Atlanta officer still recovering from harrowing car crash

Credit: Casey Sykes

Credit: Casey Sykes

Policeman was helping stranded motorist when another driver struck his patrol car

Atlanta Police Officer Duc Vo spotted a black sedan barreling toward him in the early morning darkness as he sought to help a stranded motorist on Interstate 20. He hoped the driver would switch lanes and avoid him.

Instead, she smashed into the back of Vo’s patrol car that day in June, propelling it at him. The impact knocked him off his feet, dislocated his shoulder, broke his right hand and wrist and bruised his leg. He is still recovering from his injuries and remains on light duty.

“I was scared, but I am glad I made it through,” he said of the incident, while crediting Grady Memorial Hospital for helping him recover.

Vo shared his harrowing story with reporters Tuesday to emphasize the importance of Georgia’s “Move Over Law.” The statute requires motorists to move over a lane or slow down and be prepared to stop when first responders are in the road with their emergency lights flashing.

Vo also warned against drinking and driving. The driver who hit his patrol car was arrested and charged with several traffic offenses, including driving under the influence, reckless driving and failure to yield to law enforcement on the highway. She told police she did not see the vehicles on the interstate, police records show.

Vo is among 203 sworn and civilian Atlanta Police Department employees who have been injured this year, some seriously. Earlier this month, a motorist lost control and slammed into Officer Steven Randerson as he stood in the shoulder of northbound Interstate 75 and investigated a traffic accident.

And in June, Officer Khuong Thai was shot in the face and shoulder as he arrived to investigate a shooting in a Midtown Atlanta apartment building. Randerson and Khuong are still recovering from their injuries.

Most of the 41 U.S. law enforcement officers who were killed by accidents while on duty in 2019 died in traffic crashes, federal figures show. Sixteen of those were on foot when they were killed.

DeKalb County Police Sgt. Daniel Mobley is among the five Georgia law enforcement officers who have been killed in the line of duty this year. On Jan. 2, he was struck by a vehicle on the Downtown Connector and killed while he was responding to a crash involving another officer near the Williams Street exit. Last year, seven officers were killed while serving.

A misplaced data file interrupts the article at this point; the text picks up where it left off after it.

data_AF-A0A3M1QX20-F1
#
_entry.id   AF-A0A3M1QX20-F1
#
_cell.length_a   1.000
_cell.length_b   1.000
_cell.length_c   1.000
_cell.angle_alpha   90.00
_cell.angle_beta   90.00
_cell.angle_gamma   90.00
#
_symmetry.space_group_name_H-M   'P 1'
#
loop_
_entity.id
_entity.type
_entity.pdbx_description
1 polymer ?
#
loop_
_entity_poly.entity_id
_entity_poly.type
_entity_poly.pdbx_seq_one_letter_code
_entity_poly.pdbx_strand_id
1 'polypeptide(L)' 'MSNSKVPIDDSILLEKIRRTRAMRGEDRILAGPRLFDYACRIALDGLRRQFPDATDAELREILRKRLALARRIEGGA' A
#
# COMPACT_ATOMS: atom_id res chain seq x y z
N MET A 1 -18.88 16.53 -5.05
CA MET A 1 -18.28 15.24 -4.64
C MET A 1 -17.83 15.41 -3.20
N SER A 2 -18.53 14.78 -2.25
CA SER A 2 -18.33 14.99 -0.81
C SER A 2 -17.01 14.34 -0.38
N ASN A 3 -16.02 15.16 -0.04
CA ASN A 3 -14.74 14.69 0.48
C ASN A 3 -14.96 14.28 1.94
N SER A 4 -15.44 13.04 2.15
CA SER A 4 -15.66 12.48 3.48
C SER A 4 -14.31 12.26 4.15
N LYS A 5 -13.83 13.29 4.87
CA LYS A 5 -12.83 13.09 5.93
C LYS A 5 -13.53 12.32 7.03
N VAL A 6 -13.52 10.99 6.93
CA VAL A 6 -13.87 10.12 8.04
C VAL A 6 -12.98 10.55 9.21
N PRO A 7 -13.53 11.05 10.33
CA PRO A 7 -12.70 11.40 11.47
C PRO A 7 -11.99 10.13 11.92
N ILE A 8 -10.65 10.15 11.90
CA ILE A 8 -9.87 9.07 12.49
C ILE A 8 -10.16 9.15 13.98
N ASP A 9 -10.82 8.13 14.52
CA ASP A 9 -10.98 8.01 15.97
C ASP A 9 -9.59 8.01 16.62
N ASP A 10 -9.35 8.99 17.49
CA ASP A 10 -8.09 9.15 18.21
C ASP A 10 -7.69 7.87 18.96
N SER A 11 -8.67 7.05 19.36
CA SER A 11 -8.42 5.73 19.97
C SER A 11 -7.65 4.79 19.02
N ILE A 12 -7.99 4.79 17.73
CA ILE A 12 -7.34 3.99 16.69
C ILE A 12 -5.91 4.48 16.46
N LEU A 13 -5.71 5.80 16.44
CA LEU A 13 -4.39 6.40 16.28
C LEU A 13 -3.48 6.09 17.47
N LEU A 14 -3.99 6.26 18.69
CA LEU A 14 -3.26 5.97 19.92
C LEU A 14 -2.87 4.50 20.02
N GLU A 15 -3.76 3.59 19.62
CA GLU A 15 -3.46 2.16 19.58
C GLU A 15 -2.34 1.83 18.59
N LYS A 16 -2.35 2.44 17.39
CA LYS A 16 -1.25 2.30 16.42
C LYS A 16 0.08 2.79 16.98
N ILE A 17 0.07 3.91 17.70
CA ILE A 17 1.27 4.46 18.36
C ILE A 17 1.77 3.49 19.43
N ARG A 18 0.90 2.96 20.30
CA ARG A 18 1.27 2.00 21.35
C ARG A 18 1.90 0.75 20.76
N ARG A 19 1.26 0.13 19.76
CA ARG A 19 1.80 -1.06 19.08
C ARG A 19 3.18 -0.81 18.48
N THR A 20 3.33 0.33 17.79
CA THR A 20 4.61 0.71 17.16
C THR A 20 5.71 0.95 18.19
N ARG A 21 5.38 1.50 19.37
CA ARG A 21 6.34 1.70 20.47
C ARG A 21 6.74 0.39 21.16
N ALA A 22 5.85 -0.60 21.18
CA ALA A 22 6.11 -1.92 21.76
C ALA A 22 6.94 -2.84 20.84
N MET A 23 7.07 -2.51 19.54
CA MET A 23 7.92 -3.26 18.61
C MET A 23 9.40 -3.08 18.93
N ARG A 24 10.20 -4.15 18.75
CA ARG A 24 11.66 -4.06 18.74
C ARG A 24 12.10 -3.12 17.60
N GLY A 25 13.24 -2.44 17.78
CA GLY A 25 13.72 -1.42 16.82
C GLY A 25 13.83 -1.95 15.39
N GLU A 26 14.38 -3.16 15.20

Atlanta police and the local Asian American community have rallied around Vo, said Atlanta Police Capt. Jeff Cantin, who works in the same Zone 4 precinct office in southwest Atlanta.

“For some of us who are older, it brought back memories of other incidents,” Cantin said.

Cantin invoked the name of Atlanta Senior Officer Gail Thomas, who was hit by a drunk driver and killed on an interstate ramp north of downtown Atlanta in 2012. She got out of her patrol car to help another officer who was responding to an earlier accident.

“I was on the scene for Gail Thomas and I will never forget that,” Cantin said.

The son of Vietnamese immigrants, Vo, 29, graduated from Morrow High School. He joined the Atlanta Police Department two years ago determined to change the public’s perception of law enforcement officers.

“I want to build a positive relationship between us and the citizens,” he said.

On Tuesday, he recalled the day he was hit in June. He parked his patrol car behind the stranded motorist on eastbound Interstate 20 near the Joseph E. Lowery Boulevard exit. He flipped on his emergency lights and stepped out of his car to offer help. That’s when he saw the other motorist heading toward him. After Vo regained his feet, he saw his patrol car was destroyed and the radio that was on his belt was missing.

“I could barely move my left leg,” said Vo, who is still undergoing physical therapy. “My right arm… wasn’t moving at all. My stomach was in pain.”

Vo intends to stick with the Atlanta Police Department, though he does not know yet when he will be able to return to full duty.